Making fire and tackling 600 tonnes of water passing us every second was just part of the Year 10 Clutha Rafting Camp. Cooperation was the only way that these two challenges could be overcome.
On the Monday, we learnt about the changing beast that is the New Zealand river. Recirculating waves, eddy lines and cumecs all became part of our vocabulary. On Tuesday the theory became reality and we headed to Pinders Pond near Roxburgh. Getting the raft moving where we wanted to, flipping it and then getting it back up the right way again before everyone gets back in-all while on the water- became an achievement for the day.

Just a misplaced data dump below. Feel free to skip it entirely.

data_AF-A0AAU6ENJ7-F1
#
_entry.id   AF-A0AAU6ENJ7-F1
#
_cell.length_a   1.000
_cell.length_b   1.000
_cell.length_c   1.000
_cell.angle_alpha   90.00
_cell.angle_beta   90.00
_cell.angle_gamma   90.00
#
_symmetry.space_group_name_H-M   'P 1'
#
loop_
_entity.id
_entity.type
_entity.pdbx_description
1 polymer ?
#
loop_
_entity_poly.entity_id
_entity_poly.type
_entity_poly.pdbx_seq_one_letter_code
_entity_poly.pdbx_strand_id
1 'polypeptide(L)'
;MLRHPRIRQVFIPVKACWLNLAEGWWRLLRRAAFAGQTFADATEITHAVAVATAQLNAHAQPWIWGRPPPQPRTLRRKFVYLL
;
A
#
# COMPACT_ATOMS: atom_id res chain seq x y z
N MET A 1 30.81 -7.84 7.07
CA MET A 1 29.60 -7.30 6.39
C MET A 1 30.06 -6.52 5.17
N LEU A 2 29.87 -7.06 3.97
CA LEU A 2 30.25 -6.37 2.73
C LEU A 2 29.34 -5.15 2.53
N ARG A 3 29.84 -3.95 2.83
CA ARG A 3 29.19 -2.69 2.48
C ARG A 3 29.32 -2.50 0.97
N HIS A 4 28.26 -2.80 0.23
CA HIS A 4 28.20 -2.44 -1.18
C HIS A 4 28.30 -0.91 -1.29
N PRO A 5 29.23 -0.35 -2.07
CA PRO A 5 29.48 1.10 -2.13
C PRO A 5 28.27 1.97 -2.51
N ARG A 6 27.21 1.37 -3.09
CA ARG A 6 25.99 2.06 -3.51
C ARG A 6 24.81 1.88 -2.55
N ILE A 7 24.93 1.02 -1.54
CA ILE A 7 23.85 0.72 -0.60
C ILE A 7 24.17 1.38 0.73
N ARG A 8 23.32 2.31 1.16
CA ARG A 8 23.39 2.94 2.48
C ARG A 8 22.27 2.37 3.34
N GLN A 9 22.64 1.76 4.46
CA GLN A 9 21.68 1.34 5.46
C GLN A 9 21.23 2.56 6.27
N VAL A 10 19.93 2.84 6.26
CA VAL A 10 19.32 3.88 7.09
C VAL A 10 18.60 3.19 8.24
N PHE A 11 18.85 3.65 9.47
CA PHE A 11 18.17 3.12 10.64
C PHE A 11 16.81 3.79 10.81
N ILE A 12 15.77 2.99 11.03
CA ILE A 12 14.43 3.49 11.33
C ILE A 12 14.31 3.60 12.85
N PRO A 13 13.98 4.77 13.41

For the next three days, we paddled and freedom camped our way down the river until we reached Clydevale. Bushcraft became a big part of the camp with knots and “tarpology” becoming important. A big high light for me, as a teacher, was seeing the boys creating a fire: without the use of matches or a flint. This was a true test of grit for the three teams of boys. It is a testament to the boys' perseverance and personal determination it took.
I think the boys learnt something and enjoyed themselves along the way.